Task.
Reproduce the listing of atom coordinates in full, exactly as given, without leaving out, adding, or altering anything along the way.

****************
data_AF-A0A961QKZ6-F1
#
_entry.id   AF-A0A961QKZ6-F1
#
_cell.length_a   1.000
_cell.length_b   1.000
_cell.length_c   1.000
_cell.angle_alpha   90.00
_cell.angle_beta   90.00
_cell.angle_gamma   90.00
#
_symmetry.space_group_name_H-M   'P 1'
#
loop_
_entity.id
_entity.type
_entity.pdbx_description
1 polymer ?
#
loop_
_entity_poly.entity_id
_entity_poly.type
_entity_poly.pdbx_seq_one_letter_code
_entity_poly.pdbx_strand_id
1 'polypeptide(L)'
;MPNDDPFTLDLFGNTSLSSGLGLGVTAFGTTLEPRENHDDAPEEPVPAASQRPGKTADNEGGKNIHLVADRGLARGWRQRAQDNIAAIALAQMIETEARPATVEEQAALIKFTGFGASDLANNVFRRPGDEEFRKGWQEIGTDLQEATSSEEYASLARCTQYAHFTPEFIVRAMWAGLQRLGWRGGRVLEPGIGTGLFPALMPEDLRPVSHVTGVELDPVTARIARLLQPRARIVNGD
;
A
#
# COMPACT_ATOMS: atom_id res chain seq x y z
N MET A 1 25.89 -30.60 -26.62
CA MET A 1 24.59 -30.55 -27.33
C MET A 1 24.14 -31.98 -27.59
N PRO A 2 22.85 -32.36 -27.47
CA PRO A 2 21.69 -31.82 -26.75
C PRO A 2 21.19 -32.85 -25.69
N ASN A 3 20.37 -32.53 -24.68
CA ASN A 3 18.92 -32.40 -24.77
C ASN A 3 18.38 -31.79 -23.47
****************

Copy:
data_AF-A0A961QKZ6-F1
#
_entry.id   AF-A0A961QKZ6-F1
#
_cell.length_a   1.000
_cell.length_b   1.000
_cell.length_c   1.000
_cell.angle_alpha   90.00
_cell.angle_beta   90.00
_cell.angle_gamma   90.00
#
_symmetry.space_group_name_H-M   'P 1'
#
loop_
_entity.id
_entity.type
_entity.pdbx_description
1 polymer ?
#
loop_
_entity_poly.entity_id
_entity_poly.type
_entity_poly.pdbx_seq_one_letter_code
_entity_poly.pdbx_strand_id
1 'polypeptide(L)'
;MPNDDPFTLDLFGNTSLSSGLGLGVTAFGTTLEPRENHDDAPEEPVPAASQRPGKTADNEGGKNIHLVADRGLARGWRQRAQDNIAAIALAQMIETEARPATVEEQAALIKFTGFGASDLANNVFRRPGDEEFRKGWQEIGTDLQEATSSEEYASLARCTQYAHFTPEFIVRAMWAGLQRLGWRGGRVLEPGIGTGLFPALMPEDLRPVSHVTGVELDPVTARIARLLQPRARIVNGD
;
A
#
# COMPACT_ATOMS: atom_id res chain seq x y z
N MET A 1 25.89 -30.60 -26.62
CA MET A 1 24.59 -30.55 -27.33
C MET A 1 24.14 -31.98 -27.59
N PRO A 2 22.85 -32.36 -27.47
CA PRO A 2 21.69 -31.82 -26.75
C PRO A 2 21.19 -32.85 -25.69
N ASN A 3 20.37 -32.53 -24.68
CA ASN A 3 18.92 -32.40 -24.77
C ASN A 3 18.38 -31.79 -23.47